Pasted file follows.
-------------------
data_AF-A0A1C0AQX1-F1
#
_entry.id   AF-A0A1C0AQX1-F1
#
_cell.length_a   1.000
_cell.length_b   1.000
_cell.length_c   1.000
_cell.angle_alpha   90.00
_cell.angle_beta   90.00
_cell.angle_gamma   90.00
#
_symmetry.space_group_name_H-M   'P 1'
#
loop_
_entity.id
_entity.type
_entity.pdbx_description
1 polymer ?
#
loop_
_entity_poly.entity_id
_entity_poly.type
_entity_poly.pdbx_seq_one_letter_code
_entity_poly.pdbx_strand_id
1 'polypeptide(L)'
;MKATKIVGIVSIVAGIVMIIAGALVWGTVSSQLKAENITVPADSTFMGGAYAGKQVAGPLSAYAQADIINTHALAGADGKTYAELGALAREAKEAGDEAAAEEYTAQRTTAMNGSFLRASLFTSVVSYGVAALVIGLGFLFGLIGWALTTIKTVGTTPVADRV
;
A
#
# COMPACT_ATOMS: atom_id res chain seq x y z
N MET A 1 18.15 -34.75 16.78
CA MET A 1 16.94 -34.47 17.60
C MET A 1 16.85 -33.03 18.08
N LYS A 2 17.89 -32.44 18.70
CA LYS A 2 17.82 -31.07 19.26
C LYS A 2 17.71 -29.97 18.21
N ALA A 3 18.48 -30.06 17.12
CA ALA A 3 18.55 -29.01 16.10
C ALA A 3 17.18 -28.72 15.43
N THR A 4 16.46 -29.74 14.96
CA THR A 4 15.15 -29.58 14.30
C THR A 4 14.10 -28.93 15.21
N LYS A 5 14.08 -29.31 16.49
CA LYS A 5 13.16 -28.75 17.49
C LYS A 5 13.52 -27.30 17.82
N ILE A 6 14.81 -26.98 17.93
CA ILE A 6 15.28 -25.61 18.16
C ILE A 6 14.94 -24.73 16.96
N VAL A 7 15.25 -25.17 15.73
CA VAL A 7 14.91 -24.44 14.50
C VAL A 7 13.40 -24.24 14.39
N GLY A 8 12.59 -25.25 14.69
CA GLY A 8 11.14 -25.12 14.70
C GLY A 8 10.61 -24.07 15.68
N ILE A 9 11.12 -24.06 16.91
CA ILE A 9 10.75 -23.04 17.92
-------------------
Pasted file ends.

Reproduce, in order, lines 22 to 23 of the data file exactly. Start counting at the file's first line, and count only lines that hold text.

_entity_poly.type
_entity_poly.pdbx_seq_one_letter_code